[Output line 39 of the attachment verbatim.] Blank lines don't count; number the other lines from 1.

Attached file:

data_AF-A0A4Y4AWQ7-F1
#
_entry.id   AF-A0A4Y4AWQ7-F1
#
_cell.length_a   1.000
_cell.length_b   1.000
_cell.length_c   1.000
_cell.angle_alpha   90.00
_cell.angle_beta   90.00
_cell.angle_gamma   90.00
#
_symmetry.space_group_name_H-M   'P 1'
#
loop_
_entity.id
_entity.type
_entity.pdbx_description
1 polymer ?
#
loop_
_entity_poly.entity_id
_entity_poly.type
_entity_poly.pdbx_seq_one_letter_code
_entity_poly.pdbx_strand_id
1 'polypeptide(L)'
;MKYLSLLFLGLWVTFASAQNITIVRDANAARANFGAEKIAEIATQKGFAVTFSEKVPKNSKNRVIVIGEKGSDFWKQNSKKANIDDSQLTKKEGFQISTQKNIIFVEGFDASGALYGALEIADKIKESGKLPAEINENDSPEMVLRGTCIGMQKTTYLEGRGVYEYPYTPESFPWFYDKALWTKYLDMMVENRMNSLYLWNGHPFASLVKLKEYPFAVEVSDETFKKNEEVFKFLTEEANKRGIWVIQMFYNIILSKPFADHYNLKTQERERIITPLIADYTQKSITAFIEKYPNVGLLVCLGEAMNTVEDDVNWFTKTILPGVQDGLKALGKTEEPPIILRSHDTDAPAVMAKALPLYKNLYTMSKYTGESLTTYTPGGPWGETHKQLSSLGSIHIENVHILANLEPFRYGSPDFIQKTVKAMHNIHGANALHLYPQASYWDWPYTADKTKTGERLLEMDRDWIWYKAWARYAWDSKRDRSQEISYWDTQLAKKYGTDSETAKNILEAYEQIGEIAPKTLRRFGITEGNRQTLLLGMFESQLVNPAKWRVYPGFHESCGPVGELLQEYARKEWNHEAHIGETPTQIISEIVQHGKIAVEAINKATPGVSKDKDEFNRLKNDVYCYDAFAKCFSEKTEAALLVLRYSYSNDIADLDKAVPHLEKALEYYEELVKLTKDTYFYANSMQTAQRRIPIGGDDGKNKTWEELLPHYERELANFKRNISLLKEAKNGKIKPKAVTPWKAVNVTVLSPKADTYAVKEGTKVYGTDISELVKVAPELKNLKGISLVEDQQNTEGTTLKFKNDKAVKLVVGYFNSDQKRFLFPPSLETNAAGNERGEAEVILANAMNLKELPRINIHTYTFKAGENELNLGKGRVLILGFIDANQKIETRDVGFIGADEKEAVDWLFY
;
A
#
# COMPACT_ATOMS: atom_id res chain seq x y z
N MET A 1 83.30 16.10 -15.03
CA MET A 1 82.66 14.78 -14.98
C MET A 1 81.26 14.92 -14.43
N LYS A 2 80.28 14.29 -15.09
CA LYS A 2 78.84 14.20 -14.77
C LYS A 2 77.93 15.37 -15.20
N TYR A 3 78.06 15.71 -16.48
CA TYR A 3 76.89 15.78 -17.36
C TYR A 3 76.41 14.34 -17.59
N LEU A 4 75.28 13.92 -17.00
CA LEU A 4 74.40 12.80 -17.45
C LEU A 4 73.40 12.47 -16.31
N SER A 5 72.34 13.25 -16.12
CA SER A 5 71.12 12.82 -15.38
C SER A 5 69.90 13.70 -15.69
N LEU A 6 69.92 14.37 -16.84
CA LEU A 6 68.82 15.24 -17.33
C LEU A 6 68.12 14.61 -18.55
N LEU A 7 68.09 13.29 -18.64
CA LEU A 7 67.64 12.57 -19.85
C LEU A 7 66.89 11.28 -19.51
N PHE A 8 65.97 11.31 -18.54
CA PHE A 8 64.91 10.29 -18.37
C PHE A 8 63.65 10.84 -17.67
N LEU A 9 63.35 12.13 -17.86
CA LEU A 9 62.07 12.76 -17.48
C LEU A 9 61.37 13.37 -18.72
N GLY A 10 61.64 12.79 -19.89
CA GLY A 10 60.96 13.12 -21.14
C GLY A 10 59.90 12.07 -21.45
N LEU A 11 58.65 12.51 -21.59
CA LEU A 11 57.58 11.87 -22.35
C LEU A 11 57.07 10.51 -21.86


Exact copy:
C TYR A 3 76.41 14.34 -17.59